Perl 6, 90 55 bytes

{my \x=1e5;sum ((e/$_*x)**($_/x)/x for 1..min($_,9)*x)}


my &f = {my \x=1e5;sum ((e/$_*x)**($_/x)/x for 1..min($_,9)*x)}

f(1).say;       # 2.1827350239231
f(50).say;      # 6.39979602775846
f(10000).say;   # 6.39979602775846
f(2.71828).say; # 5.58039854392816
f(3.14159).say; # 5.92227602782184

It's late and I need to sleep, I'll see if I can get this any shorter tomorrow.

EDIT: Managed to get it quite a bit shorter after seeing @DenkerAffe 's method.

  • 1
    \$\begingroup\$ I like how it says $h*t in there. :D \$\endgroup\$ Feb 7, 2016 at 10:30

Pyth, 34 29 bytes

Saved 5 Bytes with some help from @Dennis!


Try it online!


Same algorithm as in my Python answer.

J^T5smcc^.n1d^ddJmcdJU*hS,Q9J        # Q=input
J^T5                                 # set J so rectangle width *10^5
                       hS,Q9         # truncate inputs greater 9
                 mcdJU/     J        # range from zero to Input in J steps
     mcc^.n1d^ddJ                    # calculate area for each element in the list
    s                                # Sum all areas and output result
  • \$\begingroup\$ You can save a few bytes by assigning J to ^T5 and swapping multiplication with division by J. Also, the truncation can be done with hS,Q9. \$\endgroup\$
    – Dennis
    Feb 7, 2016 at 18:01
  • \$\begingroup\$ @Dennis Thanks, did not think about that. Also the sorting trick is nice, I was just searching for min ^^ \$\endgroup\$
    – Denker
    Feb 8, 2016 at 8:54

Vitsy, 39 bytes

Thought I might as well give my own contribution. ¯\_(ツ)_/¯ This uses the Left-Hand Riemann Sum estimation of integrals.


D9/([X9]               Truncation trick from Alex A.'s answer.
D                      Duplicate input.
 9/                    Divide it by 9.
   ([  ]               If the result is greater than 0
     X9                Remove the top item of the stack, and push 9.

1a5^D{/V}*0v0{         Setting up for the summation.
1                      Push 1.
 a5^                   Push 100000.
    D                  Duplicate the top item of the stack.
     {                 Push the top item of the stack to the back.
      /                Divide the top two items of the stack. (1/100000)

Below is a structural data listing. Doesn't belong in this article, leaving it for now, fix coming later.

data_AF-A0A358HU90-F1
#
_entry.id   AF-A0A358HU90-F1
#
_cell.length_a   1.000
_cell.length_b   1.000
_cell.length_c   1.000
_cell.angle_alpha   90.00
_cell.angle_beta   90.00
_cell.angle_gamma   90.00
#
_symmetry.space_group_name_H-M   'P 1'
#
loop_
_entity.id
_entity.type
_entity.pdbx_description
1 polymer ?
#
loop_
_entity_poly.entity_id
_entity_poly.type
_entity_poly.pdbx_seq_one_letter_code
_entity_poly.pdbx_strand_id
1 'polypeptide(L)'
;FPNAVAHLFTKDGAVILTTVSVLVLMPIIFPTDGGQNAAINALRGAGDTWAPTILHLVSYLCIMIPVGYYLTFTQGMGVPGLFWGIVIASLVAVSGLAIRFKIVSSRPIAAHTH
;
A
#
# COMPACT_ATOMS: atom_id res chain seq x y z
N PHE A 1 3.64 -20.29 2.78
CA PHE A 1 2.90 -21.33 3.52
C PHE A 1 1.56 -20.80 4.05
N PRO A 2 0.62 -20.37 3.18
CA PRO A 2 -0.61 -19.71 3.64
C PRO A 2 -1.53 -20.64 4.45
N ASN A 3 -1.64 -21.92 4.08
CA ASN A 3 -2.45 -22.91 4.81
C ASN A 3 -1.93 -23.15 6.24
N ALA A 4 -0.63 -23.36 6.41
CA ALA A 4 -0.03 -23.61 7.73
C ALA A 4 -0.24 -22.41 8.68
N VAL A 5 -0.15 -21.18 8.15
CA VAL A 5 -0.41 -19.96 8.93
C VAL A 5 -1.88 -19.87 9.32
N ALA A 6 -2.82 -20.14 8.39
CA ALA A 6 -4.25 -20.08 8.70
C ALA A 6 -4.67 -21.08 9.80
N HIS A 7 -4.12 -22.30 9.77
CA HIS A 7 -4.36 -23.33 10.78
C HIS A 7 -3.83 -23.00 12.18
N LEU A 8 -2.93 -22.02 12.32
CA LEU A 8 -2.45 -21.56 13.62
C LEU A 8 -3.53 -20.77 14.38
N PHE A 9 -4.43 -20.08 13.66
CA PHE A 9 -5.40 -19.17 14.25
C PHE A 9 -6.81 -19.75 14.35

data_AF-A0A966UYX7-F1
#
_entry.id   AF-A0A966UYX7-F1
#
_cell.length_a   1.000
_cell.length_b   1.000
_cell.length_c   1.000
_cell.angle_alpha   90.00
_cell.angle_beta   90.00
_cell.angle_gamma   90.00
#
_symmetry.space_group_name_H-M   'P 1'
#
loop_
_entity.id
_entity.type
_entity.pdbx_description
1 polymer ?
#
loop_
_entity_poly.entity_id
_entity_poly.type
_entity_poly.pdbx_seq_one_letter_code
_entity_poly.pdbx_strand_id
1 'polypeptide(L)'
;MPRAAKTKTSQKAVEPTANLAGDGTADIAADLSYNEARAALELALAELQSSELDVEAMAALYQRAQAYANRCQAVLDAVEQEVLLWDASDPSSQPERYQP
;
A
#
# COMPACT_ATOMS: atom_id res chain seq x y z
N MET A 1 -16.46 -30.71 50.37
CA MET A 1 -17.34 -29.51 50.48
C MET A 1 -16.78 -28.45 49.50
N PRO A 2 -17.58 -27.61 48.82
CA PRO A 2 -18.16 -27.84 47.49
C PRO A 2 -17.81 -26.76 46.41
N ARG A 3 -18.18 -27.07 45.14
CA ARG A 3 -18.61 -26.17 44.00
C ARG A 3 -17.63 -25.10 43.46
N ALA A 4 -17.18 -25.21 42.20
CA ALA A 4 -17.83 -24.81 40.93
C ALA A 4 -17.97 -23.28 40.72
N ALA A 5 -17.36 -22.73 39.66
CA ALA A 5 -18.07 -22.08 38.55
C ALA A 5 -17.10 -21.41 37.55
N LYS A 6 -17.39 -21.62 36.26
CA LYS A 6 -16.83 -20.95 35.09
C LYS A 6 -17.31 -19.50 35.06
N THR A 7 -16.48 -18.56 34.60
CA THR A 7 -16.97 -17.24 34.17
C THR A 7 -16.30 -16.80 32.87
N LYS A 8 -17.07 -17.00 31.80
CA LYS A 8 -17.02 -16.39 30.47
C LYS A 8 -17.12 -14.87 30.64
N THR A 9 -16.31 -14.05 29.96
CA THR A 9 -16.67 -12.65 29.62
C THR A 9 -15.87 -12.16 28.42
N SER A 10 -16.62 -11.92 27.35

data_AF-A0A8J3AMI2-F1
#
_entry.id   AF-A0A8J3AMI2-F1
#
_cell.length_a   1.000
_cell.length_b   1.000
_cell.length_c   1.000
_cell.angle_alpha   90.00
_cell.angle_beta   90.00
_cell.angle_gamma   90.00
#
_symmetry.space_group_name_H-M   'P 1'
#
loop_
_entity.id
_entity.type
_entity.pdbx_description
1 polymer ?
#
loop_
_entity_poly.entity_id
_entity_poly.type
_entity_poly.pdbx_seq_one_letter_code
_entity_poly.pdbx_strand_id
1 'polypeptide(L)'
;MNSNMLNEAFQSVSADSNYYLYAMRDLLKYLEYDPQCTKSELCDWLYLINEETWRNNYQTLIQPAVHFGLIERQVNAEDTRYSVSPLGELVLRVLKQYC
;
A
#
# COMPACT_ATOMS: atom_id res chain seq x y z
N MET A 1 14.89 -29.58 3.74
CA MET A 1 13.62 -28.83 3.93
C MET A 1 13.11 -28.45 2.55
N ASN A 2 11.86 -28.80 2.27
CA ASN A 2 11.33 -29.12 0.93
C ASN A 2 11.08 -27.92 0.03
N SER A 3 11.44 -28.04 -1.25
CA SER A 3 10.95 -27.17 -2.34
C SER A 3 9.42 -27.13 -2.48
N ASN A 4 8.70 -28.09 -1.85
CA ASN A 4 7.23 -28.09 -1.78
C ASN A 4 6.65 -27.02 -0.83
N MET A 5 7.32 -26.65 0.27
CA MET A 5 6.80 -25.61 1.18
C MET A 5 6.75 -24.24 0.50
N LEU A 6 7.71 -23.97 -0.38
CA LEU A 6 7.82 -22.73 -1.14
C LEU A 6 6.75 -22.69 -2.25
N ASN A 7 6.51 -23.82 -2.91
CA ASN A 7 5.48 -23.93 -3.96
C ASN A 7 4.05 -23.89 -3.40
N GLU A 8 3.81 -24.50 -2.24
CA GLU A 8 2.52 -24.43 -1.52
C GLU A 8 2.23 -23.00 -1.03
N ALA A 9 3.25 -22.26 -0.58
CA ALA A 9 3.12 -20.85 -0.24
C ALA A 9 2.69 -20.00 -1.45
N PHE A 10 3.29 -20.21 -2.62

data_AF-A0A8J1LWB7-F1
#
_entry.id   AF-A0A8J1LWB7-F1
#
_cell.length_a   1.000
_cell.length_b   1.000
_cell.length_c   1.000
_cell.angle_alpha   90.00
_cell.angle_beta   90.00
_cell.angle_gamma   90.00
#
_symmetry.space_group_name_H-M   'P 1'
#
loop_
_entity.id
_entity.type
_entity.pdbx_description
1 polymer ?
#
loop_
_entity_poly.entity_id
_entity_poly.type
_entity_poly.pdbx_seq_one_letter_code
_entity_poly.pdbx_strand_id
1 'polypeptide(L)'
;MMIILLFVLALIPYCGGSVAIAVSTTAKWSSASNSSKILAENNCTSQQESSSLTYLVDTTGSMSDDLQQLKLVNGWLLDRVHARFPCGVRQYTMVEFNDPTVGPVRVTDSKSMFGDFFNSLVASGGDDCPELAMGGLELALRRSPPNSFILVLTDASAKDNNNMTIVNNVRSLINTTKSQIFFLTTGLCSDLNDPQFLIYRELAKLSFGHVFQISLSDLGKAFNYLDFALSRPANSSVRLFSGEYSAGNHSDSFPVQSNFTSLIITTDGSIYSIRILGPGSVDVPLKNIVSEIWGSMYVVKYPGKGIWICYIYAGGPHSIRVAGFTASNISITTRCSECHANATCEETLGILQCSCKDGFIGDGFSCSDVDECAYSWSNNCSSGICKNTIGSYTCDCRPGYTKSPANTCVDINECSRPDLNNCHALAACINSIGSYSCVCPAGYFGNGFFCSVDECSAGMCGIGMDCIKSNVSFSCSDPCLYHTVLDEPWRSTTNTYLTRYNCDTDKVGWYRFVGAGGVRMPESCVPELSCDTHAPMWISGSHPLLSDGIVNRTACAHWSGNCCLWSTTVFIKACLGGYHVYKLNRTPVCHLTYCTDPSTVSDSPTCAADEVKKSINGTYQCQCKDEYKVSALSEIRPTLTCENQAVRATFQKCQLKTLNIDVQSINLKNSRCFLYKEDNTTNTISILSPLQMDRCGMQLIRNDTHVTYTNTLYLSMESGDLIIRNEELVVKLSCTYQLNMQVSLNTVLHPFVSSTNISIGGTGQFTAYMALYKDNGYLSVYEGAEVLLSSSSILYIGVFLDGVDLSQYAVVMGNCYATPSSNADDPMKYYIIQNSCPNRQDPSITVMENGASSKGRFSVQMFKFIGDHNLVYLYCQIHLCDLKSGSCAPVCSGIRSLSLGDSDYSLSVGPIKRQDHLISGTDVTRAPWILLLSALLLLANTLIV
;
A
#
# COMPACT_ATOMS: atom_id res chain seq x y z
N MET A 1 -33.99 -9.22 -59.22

V               Save it as a global variable.
                       Our global variable is ∆x.
        }              Push the bottom item of the stack to the top.
         *             Multiply the top two items.
                       input*100000 is now on the stack.
          0v           Save 0 as a temporary variable.
            0          Push 1.
             {         Push the bottom item of the stack to the top.
                       input*100000 is now the top of the stack.

\[EvV+DDv{/}^+]        Summation.
\[            ]        Loop over this top item of the stack times.
                       input*100000 times, to be exact.
  E                    Push Math.E to the stack.
   v                   Push the temporary variable to the stack.
                       This is the current value of x.
    V+                 Add ∆x.
      DD               Duplicate twice.
        v              Save the temporary variable again.
         {             Push the top item of the stack to the back.
          /            Divide the top two items.
           }           Push the top item back to the top of the stack.
            ^          Put the second to top item of the stack to the power of the top item.
             +         Add that to the current sum.

V*                     Multiply by ∆x

This leaves the sum on the top of the stack. The try it online link below has N on the end to show you the result.

Try it Online!